A nonprofit publication of the Kentucky Center for Public Service Journalism

Officials celebrate state broadband project; government facilities among first to benefit


 
 

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To celebrate the construction of the statewide KentuckyWired I-Way broadband network, Gov. Steve Beshear, Congressman Hal Rogers, state and local officials, and citizens gathered at Hazard Community and Technical College yesterday to learn more about the project and its future.
 

The broadband project will begin in Eastern Kentucky and, over the next three years, will spread throughout the state.
 

“This is an exciting day,” Beshear was quoted as saying in a press release from his office. “The potential for every Kentuckian to tap into the global economy, compete for higher paying jobs, collaborate with researchers across the globe, take classes online or access increased medical care make KentuckyWired one of the most important infrastructure projects in our state’s history.”
 

According to the release, the push for reliable, accessible and affordable high-speed broadband is one recommendation that emerged from the Shaping Our Appalachian Region initiative. That recommendation, along with the continuing loss of coal jobs, has been the reason for starting the project in the SOAR region. The Center for Rural Development partnered with the commonwealth to guide the Eastern Kentucky phase of the project.
 

The leaders also called on communities and local providers to get ready for the project by preparing the “last mile,” or the Internet hookups from the broadband “highway” to individual homes and businesses.
 

“Thanks to the I-Way, we will essentially have endless capacity and endless connectivity,” Rogers said. “The only limit is our creativity. It’s up to us to put this resource to work for economic diversity, job creation and improved opportunities for the people of eastern Kentucky.”
 

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Broadband is an ‘economic lifeline’
 

Broadband means a wide band of frequencies is available to transmit data. Recently, the Federal Communications Commission increased the broadband standard to 25 mbps, which means even more Kentuckians do not have service at the minimum level.
 

KentuckyWired will build the state’s middle-mile fiber network and will provide wholesale access to local Internet service providers who can extend fiber to homes and businesses, the press release stated.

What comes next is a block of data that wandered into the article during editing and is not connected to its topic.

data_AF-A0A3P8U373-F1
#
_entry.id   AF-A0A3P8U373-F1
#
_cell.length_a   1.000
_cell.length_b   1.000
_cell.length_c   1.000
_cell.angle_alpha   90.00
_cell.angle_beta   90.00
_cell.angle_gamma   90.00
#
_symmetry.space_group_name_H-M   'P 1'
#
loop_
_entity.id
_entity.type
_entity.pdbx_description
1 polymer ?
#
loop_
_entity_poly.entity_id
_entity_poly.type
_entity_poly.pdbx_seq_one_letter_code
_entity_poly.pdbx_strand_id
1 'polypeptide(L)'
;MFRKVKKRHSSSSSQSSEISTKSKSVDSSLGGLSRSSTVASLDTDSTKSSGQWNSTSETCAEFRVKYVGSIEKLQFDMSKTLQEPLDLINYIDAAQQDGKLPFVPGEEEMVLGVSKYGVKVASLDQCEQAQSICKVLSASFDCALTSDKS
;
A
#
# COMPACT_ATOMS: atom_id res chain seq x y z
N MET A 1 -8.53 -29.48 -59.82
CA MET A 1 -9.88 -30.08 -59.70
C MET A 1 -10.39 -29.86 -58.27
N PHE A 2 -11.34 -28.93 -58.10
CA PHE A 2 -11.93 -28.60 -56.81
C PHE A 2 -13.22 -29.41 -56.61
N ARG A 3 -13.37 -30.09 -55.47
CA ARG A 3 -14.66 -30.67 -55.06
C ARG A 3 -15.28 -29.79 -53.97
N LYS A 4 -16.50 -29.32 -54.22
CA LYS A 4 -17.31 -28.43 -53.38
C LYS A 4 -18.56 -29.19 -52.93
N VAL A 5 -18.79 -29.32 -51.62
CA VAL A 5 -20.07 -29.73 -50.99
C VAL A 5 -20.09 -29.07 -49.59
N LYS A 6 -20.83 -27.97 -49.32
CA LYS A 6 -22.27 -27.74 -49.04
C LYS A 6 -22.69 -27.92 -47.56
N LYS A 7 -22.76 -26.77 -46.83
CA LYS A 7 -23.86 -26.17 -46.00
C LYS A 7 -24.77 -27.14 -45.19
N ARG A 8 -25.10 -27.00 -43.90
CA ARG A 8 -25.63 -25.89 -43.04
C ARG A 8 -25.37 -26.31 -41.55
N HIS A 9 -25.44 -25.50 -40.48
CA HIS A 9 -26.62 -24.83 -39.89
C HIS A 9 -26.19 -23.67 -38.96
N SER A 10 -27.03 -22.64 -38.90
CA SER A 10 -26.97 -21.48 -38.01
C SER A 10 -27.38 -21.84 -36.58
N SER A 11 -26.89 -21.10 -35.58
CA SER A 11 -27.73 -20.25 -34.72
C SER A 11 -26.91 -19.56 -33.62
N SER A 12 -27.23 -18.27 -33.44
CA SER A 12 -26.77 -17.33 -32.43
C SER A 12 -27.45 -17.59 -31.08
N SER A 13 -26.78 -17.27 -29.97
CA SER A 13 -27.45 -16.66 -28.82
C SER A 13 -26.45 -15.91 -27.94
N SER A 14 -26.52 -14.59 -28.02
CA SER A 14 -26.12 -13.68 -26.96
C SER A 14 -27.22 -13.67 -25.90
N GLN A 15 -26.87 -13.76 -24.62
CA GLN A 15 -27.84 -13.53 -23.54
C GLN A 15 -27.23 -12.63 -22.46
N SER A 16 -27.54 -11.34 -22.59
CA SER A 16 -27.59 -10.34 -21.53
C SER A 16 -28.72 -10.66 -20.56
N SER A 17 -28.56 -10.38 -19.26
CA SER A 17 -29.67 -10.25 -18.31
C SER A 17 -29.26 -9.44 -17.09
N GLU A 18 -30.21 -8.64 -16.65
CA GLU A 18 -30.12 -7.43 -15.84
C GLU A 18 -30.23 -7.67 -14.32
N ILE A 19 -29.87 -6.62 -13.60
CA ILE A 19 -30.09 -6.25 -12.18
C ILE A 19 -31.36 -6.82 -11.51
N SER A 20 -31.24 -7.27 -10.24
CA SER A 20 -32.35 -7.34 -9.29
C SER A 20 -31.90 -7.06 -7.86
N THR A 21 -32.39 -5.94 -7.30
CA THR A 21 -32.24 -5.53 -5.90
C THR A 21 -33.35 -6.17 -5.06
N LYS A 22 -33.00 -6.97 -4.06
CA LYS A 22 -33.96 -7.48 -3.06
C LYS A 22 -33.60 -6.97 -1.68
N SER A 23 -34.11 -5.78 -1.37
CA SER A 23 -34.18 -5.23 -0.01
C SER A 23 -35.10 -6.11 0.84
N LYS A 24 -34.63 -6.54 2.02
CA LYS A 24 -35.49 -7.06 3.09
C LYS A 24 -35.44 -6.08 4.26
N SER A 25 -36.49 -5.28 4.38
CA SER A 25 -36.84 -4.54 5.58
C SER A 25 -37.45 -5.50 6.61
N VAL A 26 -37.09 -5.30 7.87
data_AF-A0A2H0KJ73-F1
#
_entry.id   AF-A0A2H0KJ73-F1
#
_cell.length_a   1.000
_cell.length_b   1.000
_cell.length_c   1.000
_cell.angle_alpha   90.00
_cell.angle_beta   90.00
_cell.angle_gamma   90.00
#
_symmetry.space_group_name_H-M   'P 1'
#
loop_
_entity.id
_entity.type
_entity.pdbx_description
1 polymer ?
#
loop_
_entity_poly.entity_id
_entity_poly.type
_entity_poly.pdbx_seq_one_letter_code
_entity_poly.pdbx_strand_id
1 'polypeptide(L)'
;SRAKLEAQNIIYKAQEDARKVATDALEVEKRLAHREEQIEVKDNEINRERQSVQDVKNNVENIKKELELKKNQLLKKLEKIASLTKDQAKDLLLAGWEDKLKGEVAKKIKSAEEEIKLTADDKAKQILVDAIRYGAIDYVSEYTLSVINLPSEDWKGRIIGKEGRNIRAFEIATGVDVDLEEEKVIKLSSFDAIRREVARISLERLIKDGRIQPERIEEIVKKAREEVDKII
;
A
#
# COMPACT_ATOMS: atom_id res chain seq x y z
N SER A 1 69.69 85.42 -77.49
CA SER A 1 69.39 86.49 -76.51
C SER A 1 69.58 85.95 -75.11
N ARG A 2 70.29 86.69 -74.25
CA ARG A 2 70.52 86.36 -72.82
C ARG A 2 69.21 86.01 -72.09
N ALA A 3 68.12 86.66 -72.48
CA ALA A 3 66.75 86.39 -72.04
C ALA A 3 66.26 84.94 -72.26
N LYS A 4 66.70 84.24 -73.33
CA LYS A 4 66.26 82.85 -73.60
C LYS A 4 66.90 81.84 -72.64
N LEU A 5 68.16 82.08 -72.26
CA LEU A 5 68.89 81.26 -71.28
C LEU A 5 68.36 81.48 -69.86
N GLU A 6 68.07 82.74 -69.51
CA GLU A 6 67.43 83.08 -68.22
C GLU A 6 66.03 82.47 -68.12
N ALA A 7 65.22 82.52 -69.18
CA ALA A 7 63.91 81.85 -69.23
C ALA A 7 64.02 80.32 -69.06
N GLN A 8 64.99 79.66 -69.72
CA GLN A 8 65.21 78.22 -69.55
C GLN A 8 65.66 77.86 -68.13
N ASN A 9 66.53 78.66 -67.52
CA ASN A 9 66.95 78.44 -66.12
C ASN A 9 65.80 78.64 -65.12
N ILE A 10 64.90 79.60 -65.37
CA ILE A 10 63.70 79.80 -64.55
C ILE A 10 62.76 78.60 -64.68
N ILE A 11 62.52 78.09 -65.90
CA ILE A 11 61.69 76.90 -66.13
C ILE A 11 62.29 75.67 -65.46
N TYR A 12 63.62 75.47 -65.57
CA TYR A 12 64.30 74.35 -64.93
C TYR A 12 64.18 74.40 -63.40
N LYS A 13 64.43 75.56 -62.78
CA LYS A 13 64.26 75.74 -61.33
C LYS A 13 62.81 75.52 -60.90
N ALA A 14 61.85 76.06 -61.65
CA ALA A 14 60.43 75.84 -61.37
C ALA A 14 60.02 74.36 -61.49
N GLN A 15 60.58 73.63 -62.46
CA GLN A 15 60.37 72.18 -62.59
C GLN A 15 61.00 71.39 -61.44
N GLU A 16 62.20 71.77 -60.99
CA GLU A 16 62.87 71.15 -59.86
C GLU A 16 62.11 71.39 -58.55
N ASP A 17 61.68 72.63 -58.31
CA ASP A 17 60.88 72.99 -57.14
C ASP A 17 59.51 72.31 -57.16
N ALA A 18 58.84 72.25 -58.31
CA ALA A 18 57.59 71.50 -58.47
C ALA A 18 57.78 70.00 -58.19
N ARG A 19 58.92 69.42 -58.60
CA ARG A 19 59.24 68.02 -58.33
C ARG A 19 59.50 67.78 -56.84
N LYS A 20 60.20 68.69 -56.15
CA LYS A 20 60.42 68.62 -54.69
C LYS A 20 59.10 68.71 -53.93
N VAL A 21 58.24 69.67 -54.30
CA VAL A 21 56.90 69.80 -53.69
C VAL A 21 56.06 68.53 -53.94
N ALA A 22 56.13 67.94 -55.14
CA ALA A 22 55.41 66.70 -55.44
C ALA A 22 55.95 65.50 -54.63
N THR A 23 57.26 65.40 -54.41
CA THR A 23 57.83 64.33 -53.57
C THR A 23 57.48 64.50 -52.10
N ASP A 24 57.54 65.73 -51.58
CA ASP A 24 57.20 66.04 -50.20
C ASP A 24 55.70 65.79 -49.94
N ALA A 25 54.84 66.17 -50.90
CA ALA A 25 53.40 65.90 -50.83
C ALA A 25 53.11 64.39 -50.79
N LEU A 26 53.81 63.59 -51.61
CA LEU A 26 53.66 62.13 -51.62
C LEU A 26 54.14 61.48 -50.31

“Consider the KentuckyWired project to be similar to building a highway through the state, and then local communities will build out the roads leading from the highway to neighborhoods and businesses,” said Steve Rucker, deputy secretary of the Finance and Administration Cabinet. “We need our communities to make plans now for building those ‘last miles’ to citizens.”
 

Broadband, like electricity, water and sewer, is an essential service in the 21st century economy, but Kentucky consistently ranks at or near the bottom for broadband access and adoption. As other states enhance their broadband capacities, Kentucky falls further behind, “which is why KentuckyWired is on an aggressive three-year timeframe for substantial completion,” according to the release.
 

Power of the private sector
 

The project will be designed, built, operated and maintained through a 30-year public-private-partnership led by Macquarie Capital and industry partners. The total project is estimated to cost $324 million. The General Assembly allocated $30 million in the 2014 legislative session and $23.5 million in federal funds have been appropriated.
 

Through the P3 approach, the remaining funding will come from the consortium partners. The private partners have a target for hiring Kentuckians.
 

The first beneficiaries of the state’s broadband network will include nearly 1,100 government facilities. Communities are expected to then continue the “build-out” of the last mile connecting fiber to individual homes and businesses.
 

The newly created Kentucky Communications Network Authority and its governing board will manage the KentuckyWired open-access broadband network by overseeing the public-private partnership master agreement with consortium partners. Gov. Beshear created the authority by executive order and attached it to the Office of the Governor.
 


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